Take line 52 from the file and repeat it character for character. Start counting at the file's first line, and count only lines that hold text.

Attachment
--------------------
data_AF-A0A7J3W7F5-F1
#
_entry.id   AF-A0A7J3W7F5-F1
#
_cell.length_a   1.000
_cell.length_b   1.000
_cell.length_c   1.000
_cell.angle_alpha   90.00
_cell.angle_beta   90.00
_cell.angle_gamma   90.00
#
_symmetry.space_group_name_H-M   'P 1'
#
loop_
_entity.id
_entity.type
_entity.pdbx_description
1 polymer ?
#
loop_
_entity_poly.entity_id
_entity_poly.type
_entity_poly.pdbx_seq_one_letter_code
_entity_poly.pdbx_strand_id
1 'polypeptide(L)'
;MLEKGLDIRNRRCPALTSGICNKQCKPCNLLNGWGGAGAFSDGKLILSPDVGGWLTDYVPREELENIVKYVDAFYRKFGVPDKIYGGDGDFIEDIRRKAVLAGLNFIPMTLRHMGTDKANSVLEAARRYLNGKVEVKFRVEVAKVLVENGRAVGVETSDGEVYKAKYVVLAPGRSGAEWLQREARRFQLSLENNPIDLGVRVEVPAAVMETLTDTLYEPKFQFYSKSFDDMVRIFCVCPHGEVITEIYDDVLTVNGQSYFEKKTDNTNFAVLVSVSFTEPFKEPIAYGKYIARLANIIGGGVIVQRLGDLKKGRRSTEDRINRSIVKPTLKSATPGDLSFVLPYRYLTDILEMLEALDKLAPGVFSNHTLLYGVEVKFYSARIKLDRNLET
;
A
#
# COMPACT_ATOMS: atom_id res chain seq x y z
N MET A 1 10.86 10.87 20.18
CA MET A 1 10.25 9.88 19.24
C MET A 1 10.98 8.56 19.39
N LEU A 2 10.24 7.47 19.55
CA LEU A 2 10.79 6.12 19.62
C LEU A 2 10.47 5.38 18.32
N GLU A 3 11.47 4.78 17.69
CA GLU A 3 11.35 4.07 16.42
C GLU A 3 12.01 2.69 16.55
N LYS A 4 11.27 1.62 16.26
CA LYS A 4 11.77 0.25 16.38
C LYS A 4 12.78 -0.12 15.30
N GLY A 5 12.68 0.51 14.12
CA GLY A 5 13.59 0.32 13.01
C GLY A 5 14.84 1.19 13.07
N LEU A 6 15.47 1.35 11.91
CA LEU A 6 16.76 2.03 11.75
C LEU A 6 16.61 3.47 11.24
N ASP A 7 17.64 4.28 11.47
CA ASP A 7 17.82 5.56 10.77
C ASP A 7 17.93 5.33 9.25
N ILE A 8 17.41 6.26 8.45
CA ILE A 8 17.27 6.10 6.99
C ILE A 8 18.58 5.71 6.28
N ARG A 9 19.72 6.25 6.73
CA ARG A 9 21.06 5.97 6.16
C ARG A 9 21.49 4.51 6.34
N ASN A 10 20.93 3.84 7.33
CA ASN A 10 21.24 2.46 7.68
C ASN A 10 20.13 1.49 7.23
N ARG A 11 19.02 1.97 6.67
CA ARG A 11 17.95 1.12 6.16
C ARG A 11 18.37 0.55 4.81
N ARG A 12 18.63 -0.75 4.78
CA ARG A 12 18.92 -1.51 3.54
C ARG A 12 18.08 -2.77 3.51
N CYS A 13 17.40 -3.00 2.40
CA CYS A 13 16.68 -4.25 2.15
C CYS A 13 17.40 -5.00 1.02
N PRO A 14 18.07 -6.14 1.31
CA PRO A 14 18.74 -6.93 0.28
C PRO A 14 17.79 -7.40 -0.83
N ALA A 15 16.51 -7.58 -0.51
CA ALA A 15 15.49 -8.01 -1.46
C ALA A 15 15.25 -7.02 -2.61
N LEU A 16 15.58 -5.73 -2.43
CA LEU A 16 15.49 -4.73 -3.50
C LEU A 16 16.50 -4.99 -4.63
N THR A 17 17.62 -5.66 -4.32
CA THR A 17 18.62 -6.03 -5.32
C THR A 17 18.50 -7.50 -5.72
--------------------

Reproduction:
N ILE A 8 17.41 6.26 8.45